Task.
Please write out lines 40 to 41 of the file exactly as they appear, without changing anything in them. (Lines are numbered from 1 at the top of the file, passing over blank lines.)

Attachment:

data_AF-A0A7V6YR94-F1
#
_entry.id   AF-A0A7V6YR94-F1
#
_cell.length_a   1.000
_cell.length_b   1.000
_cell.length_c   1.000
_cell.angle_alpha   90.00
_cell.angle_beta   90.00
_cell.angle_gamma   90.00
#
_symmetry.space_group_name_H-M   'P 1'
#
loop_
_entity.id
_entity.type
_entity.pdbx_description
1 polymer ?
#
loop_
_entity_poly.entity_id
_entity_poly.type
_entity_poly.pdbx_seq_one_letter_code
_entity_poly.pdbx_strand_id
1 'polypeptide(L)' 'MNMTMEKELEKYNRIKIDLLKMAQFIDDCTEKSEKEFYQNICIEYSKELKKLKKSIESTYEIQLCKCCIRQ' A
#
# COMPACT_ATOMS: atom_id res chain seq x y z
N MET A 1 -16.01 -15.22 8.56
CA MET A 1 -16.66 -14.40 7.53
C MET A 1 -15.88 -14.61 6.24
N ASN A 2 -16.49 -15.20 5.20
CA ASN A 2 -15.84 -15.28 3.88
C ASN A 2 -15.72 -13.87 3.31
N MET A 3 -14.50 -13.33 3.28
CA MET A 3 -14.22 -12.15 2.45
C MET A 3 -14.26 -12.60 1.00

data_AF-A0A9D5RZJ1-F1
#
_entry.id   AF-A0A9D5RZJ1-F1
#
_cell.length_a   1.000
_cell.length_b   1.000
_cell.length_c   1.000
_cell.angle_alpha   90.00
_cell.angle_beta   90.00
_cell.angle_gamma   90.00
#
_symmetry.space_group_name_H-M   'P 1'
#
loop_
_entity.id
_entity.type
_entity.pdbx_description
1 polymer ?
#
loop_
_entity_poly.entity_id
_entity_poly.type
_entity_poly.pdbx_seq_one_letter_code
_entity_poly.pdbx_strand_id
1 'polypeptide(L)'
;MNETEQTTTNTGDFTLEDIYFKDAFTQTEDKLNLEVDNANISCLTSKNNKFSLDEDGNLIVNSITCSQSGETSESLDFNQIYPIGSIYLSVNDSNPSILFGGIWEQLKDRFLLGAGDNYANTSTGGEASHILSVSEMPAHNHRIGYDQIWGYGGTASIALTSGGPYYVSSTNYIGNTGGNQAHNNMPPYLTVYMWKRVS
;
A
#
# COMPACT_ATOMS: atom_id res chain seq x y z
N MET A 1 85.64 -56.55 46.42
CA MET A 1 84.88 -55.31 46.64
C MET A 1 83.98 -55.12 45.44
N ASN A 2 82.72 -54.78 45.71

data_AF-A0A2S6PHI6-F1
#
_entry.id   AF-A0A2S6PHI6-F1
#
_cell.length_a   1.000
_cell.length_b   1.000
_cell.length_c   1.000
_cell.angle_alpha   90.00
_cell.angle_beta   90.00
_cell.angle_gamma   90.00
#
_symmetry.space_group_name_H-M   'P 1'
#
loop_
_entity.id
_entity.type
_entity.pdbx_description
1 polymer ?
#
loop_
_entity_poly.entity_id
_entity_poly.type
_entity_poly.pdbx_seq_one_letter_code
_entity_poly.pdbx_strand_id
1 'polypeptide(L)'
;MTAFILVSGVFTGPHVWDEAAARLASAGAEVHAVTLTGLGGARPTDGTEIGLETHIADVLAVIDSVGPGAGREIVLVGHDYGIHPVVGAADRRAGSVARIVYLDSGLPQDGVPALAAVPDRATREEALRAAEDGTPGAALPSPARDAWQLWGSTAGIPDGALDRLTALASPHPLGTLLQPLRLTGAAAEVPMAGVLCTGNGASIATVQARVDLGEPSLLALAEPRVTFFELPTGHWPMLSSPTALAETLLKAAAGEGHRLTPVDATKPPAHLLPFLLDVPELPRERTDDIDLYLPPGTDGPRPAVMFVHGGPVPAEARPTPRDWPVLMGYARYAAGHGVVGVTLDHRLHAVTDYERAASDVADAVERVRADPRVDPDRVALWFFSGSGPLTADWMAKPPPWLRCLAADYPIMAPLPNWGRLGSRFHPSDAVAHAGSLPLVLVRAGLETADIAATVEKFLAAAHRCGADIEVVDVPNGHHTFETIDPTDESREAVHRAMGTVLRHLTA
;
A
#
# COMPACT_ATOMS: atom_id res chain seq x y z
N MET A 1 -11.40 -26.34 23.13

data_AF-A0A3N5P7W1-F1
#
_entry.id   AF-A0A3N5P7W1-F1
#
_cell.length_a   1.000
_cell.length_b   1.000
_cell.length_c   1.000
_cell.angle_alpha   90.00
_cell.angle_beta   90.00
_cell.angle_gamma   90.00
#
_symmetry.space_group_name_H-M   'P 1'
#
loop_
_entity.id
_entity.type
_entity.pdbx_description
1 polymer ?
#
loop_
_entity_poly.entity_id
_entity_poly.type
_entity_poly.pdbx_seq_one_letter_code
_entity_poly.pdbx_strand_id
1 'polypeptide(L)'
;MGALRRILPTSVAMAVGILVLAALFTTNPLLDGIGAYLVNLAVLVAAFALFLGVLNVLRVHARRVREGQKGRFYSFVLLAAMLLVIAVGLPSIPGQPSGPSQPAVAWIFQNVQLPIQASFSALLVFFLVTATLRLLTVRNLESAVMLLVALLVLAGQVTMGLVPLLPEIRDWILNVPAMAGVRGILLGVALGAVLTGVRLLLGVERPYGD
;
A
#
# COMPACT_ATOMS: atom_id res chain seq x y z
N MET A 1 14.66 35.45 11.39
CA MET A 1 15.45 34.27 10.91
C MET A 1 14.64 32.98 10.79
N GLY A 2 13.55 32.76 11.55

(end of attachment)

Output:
#
_cell.length_a   1.000